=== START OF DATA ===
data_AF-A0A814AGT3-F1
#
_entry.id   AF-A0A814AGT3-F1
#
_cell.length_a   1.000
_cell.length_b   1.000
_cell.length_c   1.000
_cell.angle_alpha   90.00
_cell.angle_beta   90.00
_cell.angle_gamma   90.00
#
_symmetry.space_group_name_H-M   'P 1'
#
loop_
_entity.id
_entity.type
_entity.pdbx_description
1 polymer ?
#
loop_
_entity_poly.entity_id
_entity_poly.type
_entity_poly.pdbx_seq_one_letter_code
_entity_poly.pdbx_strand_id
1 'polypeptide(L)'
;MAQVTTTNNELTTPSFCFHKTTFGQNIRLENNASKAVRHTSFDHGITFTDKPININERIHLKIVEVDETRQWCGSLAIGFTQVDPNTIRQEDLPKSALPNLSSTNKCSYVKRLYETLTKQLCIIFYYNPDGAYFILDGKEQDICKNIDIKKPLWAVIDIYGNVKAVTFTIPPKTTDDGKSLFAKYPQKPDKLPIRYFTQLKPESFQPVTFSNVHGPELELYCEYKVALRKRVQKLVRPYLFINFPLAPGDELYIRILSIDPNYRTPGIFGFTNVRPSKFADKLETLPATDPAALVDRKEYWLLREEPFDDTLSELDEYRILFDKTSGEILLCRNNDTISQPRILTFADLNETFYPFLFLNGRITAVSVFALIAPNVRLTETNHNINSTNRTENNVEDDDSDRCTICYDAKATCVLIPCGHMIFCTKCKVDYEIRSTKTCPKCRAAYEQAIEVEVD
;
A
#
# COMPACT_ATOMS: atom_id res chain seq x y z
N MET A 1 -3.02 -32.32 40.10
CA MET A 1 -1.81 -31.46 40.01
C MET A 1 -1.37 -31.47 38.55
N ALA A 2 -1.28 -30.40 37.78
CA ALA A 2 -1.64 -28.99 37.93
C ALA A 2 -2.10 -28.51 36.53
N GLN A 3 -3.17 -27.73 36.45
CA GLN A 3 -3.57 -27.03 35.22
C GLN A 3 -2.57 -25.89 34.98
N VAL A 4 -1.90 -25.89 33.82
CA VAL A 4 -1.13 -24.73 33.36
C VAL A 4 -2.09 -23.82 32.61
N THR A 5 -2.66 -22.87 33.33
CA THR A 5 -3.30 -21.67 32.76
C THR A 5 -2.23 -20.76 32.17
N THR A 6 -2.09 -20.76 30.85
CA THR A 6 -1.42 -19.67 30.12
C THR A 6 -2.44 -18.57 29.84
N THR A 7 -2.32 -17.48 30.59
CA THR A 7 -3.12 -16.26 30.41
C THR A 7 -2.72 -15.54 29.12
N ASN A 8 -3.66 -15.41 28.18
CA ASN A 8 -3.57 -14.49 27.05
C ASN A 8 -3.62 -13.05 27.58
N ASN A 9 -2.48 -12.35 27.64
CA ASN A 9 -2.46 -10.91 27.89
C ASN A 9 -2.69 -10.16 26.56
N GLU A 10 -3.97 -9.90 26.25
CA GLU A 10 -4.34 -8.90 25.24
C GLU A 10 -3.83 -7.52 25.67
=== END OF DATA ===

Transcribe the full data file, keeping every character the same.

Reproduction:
data_AF-A0A814AGT3-F1
#
_entry.id   AF-A0A814AGT3-F1
#
_cell.length_a   1.000
_cell.length_b   1.000
_cell.length_c   1.000
_cell.angle_alpha   90.00
_cell.angle_beta   90.00
_cell.angle_gamma   90.00
#
_symmetry.space_group_name_H-M   'P 1'
#
loop_
_entity.id
_entity.type
_entity.pdbx_description
1 polymer ?
#
loop_
_entity_poly.entity_id
_entity_poly.type
_entity_poly.pdbx_seq_one_letter_code
_entity_poly.pdbx_strand_id
1 'polypeptide(L)'
;MAQVTTTNNELTTPSFCFHKTTFGQNIRLENNASKAVRHTSFDHGITFTDKPININERIHLKIVEVDETRQWCGSLAIGFTQVDPNTIRQEDLPKSALPNLSSTNKCSYVKRLYETLTKQLCIIFYYNPDGAYFILDGKEQDICKNIDIKKPLWAVIDIYGNVKAVTFTIPPKTTDDGKSLFAKYPQKPDKLPIRYFTQLKPESFQPVTFSNVHGPELELYCEYKVALRKRVQKLVRPYLFINFPLAPGDELYIRILSIDPNYRTPGIFGFTNVRPSKFADKLETLPATDPAALVDRKEYWLLREEPFDDTLSELDEYRILFDKTSGEILLCRNNDTISQPRILTFADLNETFYPFLFLNGRITAVSVFALIAPNVRLTETNHNINSTNRTENNVEDDDSDRCTICYDAKATCVLIPCGHMIFCTKCKVDYEIRSTKTCPKCRAAYEQAIEVEVD
;
A
#
# COMPACT_ATOMS: atom_id res chain seq x y z
N MET A 1 -3.02 -32.32 40.10
CA MET A 1 -1.81 -31.46 40.01
C MET A 1 -1.37 -31.47 38.55
N ALA A 2 -1.28 -30.40 37.78
CA ALA A 2 -1.64 -28.99 37.93
C ALA A 2 -2.10 -28.51 36.53
N GLN A 3 -3.17 -27.73 36.45
CA GLN A 3 -3.57 -27.03 35.22
C GLN A 3 -2.57 -25.89 34.98
N VAL A 4 -1.90 -25.89 33.82
CA VAL A 4 -1.13 -24.73 33.36
C VAL A 4 -2.09 -23.82 32.61
N THR A 5 -2.66 -22.87 33.33
CA THR A 5 -3.30 -21.67 32.76
C THR A 5 -2.23 -20.76 32.17
N THR A 6 -2.09 -20.76 30.85
CA THR A 6 -1.42 -19.67 30.12
C THR A 6 -2.44 -18.57 29.84
N THR A 7 -2.32 -17.48 30.59
CA THR A 7 -3.12 -16.26 30.41
C THR A 7 -2.72 -15.54 29.12
N ASN A 8 -3.66 -15.41 28.18
CA ASN A 8 -3.57 -14.49 27.05
C ASN A 8 -3.62 -13.05 27.58
N ASN A 9 -2.48 -12.35 27.64
CA ASN A 9 -2.46 -10.91 27.89
C ASN A 9 -2.69 -10.16 26.56
N GLU A 10 -3.97 -9.90 26.25
CA GLU A 10 -4.34 -8.90 25.24
C GLU A 10 -3.83 -7.52 25.67